Hill: Yes, I’m Malia Hill. I’m the policy director at the Grassroot Institute of Hawaii. I work with Joe Kent, so if you know Joe, you kind of know what we do. We are really a voice for individual freedom and economic prosperity in Hawaii. And my job is just, you know, looking at these policy issues, trying to help come up with solutions, trying to make this less expensive for your state to live in.

Hamada: Sure. I understand. And it’s a lot of diligence being applied because our home, there is something going on every two seconds where their taxpayers and citizens need to be aware of. And it really is something else. 

There are some topics that we could cover and I’d like to start off if you wouldn’t mind, because during and post COVID, our state budget seemed to be about as flush as it could possibly be. And now, “turmoil” is a good word to describe our state budget scenario. Malia, what should we know about this?  

Hill: Well, yeah, this is a really, really alarming thing because even just at the beginning of the year, we were talking surplus, and then we were talking about, “Oh, there’s a light, smaller surplus than we thought.” But we said, “It’s still good.” And then at the end of the legislative session, we were saying, “The Legislature spent the surplus.” And we even, you know, when Gov. [Josh] Green sort of cut some of that, you know, we were really praising him.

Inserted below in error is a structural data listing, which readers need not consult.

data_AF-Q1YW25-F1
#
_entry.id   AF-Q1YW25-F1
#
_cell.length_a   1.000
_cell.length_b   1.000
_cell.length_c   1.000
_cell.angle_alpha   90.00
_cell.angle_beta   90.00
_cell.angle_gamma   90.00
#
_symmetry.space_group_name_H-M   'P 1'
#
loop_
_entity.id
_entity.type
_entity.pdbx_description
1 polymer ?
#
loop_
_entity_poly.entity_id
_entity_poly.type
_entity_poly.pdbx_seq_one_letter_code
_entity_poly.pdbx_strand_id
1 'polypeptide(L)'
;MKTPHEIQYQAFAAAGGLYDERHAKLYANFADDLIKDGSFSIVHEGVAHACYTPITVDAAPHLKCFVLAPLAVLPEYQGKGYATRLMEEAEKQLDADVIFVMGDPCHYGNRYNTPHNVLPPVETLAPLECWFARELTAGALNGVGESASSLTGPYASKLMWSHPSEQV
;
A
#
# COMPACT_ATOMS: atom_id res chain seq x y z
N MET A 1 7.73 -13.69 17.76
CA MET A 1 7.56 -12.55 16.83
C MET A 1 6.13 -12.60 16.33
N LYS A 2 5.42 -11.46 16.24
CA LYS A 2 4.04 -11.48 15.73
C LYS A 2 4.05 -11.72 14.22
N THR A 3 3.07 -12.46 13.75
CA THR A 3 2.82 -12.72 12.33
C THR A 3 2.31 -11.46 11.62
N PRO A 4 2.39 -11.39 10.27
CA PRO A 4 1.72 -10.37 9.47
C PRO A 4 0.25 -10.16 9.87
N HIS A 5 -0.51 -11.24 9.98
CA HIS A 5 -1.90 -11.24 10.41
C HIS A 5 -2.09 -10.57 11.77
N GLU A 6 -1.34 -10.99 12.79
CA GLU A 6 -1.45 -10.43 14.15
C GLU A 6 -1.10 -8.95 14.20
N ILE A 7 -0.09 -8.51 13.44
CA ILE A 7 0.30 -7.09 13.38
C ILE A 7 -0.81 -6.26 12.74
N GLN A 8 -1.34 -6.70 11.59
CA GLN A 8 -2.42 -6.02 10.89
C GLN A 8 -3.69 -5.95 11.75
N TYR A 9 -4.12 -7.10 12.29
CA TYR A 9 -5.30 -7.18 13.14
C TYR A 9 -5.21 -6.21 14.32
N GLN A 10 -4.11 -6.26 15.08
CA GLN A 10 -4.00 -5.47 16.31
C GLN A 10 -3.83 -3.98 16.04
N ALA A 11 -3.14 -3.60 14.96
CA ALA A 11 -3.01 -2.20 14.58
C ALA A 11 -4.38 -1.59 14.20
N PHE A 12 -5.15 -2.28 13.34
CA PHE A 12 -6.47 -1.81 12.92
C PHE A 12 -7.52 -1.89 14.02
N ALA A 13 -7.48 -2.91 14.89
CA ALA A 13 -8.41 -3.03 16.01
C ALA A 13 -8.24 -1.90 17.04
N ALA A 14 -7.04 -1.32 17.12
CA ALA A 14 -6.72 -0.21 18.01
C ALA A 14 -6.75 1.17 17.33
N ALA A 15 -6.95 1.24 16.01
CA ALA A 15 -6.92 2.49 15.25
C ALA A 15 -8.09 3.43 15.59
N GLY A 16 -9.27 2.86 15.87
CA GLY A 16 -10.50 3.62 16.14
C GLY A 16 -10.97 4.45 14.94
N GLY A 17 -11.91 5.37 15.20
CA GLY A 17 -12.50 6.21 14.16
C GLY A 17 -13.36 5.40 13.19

Now, all of a sudden, that surplus has disappeared, as far as anyone can tell. The Council of Revenues is looking at lower tax revenues. Basically, you know, you can tell if the economy’s not doing, you know, fantastic. If the economy is flat, revenue, tax revenues are going to be flat. So revenues are just sort of flat and steady, but that spending just goes up and up and up. 

So what we’re basically looking at is what little surplus there is, is supposed to carry us through the next couple of years, before they just sort of magically all of a sudden, everything is going to get better in, you know, starting around 2026 or so.

But, you know, revenues will go up and the budget will go down, according to the general fund financial plan that the government put out. If you believe that, I have, uh, land to sell you. 

Hamada: [Laughs]

Hill: But, you know, we are in danger of basically operating at a deficit. If it weren’t for the surplus, we would be. That, it’s just kind of gone away — the expenditures have gone way up, you know. And the revenues, the tax revenues, are flat along with the economy.

And on top of that, the state is you know, selling $750 million in bonds. So basically, they are borrowing, taking on more debt with the highest interest rates in two decades.